This article originally appeared as a blog post for a course on Integrated Marketing Communication Strategies at USC Annenberg School for Communication & Journalism.

From the age of seven, I spent about ten years in Belgium, culminating in grad school in Leuven—home of Stella Artois—and a stint working in Brussels, the capital city. Belgium is a small country about the size of Maryland, with approximately ten-and-a-half million inhabitants. There are three distinct communities—the Flemish who speak Dutch, the Walloons who speak French, and a small pocket of German speakers to the east.

Ghent Belgium.jpg

During the time I lived there, I was always aware of the central place of beer in local culture, even if I didn’t partake until I came of age. In Belgium, beer is as commonplace as chocolate and waffles. It is part of an artisan tradition, which places great emphasis on small, local, expert batches made by craftsmen, using techniques that sometimes date back to the Middle Ages.

Quality or quantity?

Many beers—which are usually paired with local cheeses—are not available beyond the regions where they are produced. The beer and cheese produced by Trappist monks are particularly prized by consumers, because of their unique flavors and high quality. There are six monasteries spread throughout the small country, where monks sell their products to remain self-sufficient and support local communities. To give you a sense of the process, some of these beers take months to ferment just right.

At the other end of the spectrum is the much more affordable pilsner beer, which can be made in two or three days and is sold everywhere, from supermarkets to vending machines. As far back as I can remember, Stella Artois and its lesser known rival, Jupiler, were considered the working man’s beer. They were cheap, sold in little brown bottles and cans, and so ubiquitous as to be invisible.

Belgian beers

Then, a strange thing happened. When I returned to England for college in the early 1990s, Stella was there too, but she looked very different. She was dressed in a tall, green bottle, with a fancy label and a high price. I barely recognized her. It turns out that Stella had met other people when she went overseas and they transformed her beyond all recognition.

Extreme makeover

At the time, Stella was owned by Interbrew, a multinational beverage company and the largest beer producer in Belgium. When the company tried to expand to the UK in the 1980s, it was more expensive than local products. The marketing company retained, Lowe and Partners Worldwide, turned this negative into a positive by positioning the beer as “reassuringly expensive.” The ad campaign was hugely successful and Stella Artois gained a 38% share of the UK premium brand beers, no mean feat in a country that has its own myriad specialized beers.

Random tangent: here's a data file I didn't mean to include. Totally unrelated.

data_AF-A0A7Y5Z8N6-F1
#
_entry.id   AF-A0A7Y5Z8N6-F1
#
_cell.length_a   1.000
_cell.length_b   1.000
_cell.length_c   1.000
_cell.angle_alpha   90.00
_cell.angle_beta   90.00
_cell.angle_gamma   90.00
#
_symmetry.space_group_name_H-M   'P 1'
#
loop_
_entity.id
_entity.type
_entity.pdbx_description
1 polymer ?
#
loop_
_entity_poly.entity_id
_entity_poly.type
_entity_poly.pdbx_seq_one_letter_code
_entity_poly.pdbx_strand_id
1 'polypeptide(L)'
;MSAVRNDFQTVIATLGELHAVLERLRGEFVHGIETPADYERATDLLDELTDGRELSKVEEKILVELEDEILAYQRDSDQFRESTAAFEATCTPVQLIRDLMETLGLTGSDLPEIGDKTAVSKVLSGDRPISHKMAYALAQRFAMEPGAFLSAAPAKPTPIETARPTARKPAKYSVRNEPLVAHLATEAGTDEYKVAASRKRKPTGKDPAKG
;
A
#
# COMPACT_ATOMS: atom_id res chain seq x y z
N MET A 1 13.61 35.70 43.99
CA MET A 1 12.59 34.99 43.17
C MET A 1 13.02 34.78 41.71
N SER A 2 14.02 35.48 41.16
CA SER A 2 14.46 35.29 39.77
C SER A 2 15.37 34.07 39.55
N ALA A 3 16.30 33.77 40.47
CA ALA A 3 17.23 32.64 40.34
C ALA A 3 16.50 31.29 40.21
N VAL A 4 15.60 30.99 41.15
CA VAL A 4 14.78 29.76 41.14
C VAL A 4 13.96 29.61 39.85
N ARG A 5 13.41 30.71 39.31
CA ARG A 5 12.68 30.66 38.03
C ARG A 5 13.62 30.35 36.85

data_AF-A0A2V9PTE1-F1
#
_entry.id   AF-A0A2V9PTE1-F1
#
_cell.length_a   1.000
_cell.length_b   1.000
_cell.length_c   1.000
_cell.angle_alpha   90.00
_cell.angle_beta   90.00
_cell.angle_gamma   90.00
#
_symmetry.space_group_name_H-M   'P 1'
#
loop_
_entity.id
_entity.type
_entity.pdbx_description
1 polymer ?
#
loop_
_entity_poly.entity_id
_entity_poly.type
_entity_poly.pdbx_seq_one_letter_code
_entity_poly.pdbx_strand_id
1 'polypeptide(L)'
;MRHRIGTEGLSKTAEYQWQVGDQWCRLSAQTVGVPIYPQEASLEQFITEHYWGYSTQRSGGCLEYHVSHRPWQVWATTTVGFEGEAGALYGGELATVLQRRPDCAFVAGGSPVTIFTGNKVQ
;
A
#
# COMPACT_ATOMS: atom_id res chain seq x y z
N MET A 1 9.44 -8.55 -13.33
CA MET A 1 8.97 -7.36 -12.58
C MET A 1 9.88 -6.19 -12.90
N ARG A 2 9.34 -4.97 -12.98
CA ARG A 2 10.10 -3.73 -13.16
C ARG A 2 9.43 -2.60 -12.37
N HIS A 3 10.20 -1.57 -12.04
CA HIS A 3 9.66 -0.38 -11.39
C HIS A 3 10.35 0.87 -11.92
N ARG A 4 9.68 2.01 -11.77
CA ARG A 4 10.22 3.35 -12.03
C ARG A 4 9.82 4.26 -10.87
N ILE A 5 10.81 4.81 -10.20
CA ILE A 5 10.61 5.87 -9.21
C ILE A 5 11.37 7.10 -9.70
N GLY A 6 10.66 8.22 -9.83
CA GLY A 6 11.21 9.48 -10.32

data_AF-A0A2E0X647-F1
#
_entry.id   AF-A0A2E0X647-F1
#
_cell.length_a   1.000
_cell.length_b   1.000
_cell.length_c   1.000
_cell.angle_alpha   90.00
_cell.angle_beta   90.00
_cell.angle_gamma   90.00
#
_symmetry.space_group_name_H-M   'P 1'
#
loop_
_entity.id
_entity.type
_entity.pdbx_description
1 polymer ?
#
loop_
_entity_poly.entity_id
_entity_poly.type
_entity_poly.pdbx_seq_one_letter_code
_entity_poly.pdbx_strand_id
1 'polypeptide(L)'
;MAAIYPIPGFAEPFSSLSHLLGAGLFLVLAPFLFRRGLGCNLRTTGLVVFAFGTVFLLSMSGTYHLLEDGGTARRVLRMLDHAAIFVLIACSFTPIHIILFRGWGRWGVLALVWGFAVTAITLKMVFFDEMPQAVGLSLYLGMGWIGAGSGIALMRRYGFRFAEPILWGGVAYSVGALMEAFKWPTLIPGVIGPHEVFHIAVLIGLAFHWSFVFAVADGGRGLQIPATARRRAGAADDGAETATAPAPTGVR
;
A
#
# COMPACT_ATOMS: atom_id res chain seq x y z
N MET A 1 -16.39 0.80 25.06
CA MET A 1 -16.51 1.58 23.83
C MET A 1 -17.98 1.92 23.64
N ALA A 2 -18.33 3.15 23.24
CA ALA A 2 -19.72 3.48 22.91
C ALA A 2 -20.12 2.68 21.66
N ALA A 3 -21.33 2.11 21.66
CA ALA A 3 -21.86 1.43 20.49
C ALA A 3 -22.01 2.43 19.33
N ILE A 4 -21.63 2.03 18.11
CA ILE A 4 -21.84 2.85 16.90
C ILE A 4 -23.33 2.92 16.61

So, how did they do it? It’s not enough to try to convince people that the high price is in fact right, you need to give them a hook. Lowe and Partners decided to use the “country-of-origin” effect and imply that Stella was a French beer. You have to realize that Belgian beers were not yet famous and the hipster had not yet been invented. At that time, Brits saw Belgium as a second- or third-tier country. France, on the other hand, was highly regarded by Brits for its wine and spirits. Therefore, marketing Stella as a French beer was ingenious.

It was only when Belgian beers became famous in their own right in the past decade that Stella’s real origins were highlighted in international markets. Although InBev did not use the same campaigns in other markets, it used a similar high-touch connotation for Stella Artois around the world, until she became a household name like Heineken. In 2004, Interbrew merged with Brazilian brewer AmBev and together they became InBev, and then Anheuser-Busch InBev in 2008 when they merged with the U.S. beverage giant. Today, Anheuser-Busch InBev is one of the largest global beverage companies.

Stella Artois Advertisement

The most significant change in Stella’s marketing is that she’s now firmly positioned as Belgian, because the “Made in Belgium” brand has a high equity of its own and now has global potential. I have seen Stella in Asia, Africa, and America, but, more surprisingly, I have started to see some of the lesser known beer brands close to home as well: Chimay, Leffe, Orval, Duvel, Westmalle, and even Westvleteren. The closest analogy I can find is if you knew a quiet, unremarkable kid in school and then one day saw her on the cover of magazines in a different country.

It’s quite a marketing coup and it’s all the more remarkable for a small, traditional brand from a small, traditional country that many people had never heard of. However, so-called beer connoisseurs are now decrying Stella as lacking in quality and authenticity. This is a question facing many high-end brands: should Belgium have stuck to small batches of local craft beers and remained true to its roots, or was the beer industry justified in expanding its market by any means necessary, including pretending to be something it was not?